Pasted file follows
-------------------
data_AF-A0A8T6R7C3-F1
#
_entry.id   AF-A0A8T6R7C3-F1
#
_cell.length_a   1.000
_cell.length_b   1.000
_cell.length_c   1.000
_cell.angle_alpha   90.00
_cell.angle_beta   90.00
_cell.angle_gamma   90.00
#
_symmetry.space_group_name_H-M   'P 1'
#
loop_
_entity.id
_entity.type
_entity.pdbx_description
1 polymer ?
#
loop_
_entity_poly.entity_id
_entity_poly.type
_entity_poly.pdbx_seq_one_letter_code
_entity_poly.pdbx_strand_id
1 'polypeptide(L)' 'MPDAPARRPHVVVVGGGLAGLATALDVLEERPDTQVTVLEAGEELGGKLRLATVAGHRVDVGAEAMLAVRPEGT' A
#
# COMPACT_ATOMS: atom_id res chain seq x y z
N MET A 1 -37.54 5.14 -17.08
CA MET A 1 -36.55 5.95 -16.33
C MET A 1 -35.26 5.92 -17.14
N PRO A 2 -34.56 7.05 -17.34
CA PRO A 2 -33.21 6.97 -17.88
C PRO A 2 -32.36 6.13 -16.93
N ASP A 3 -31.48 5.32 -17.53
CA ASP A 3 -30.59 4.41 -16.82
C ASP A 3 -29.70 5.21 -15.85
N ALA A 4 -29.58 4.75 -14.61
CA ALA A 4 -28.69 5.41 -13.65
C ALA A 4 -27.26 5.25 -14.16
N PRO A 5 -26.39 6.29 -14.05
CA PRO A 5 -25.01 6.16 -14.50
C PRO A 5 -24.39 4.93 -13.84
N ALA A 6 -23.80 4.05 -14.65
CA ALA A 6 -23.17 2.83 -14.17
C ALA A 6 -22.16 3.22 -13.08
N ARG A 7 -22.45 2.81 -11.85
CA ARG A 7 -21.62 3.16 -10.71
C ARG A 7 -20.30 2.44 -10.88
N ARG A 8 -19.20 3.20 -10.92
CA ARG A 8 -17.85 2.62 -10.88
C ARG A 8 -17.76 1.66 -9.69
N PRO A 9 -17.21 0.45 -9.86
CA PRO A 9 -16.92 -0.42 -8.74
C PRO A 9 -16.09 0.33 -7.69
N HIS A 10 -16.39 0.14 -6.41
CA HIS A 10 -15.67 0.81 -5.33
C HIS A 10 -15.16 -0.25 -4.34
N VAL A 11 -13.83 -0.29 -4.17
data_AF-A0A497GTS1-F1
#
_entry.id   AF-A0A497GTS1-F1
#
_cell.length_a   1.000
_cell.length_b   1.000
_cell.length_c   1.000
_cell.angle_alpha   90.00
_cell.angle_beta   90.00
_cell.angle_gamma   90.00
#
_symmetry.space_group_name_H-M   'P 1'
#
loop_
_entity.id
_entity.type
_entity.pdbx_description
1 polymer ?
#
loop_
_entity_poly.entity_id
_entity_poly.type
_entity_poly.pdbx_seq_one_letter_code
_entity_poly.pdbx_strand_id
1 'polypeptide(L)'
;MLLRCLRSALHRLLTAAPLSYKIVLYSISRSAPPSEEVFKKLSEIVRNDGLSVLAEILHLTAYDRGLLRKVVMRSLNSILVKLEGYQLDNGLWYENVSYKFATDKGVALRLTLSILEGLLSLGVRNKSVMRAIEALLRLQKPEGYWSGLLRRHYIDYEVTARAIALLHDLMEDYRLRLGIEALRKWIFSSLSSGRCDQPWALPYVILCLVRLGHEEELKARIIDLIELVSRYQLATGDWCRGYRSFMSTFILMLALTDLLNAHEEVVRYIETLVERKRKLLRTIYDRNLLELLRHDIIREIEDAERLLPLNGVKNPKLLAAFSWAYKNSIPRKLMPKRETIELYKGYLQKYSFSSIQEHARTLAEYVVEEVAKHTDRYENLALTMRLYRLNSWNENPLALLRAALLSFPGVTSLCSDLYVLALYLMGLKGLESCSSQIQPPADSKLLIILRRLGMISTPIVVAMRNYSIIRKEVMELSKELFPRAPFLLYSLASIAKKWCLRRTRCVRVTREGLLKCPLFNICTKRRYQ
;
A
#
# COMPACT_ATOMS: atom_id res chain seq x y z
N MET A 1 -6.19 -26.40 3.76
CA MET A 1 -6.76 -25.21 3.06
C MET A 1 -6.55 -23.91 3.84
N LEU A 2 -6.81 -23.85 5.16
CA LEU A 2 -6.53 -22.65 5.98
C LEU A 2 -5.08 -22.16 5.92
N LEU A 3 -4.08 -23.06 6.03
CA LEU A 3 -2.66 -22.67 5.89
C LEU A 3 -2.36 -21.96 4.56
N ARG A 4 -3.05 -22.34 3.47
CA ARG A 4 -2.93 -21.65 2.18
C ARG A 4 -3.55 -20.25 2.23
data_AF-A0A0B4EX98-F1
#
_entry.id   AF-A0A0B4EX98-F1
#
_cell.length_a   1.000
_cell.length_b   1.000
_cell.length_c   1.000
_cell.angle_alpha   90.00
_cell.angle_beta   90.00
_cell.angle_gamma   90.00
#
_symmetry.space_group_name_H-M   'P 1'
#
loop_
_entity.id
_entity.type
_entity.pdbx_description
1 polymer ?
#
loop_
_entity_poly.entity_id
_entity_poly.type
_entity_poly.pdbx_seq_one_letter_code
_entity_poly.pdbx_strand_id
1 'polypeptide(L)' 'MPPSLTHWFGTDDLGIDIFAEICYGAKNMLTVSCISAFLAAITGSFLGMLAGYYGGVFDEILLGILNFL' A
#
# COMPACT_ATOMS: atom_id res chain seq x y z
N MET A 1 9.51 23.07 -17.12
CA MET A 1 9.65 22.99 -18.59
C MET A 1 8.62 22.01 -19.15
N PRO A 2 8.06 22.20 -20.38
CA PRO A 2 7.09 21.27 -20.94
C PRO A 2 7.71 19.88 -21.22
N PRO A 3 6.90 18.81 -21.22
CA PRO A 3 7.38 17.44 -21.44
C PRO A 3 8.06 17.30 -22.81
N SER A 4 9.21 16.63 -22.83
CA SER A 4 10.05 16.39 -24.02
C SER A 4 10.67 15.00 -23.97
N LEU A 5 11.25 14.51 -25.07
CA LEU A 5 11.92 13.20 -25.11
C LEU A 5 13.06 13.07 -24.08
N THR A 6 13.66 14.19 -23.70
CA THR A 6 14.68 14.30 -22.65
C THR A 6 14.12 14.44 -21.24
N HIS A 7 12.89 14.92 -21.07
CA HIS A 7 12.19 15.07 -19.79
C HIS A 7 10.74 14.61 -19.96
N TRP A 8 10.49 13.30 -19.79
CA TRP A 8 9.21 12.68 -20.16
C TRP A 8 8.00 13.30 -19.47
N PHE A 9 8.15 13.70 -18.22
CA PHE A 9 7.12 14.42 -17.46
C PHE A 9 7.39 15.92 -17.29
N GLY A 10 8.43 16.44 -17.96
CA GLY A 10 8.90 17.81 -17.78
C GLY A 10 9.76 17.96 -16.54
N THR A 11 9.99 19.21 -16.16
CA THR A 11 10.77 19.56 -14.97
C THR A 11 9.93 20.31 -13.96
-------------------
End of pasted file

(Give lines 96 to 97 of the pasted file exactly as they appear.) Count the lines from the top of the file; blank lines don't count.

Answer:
CA LEU A 3 -2.66 -22.67 5.89
C LEU A 3 -2.36 -21.96 4.56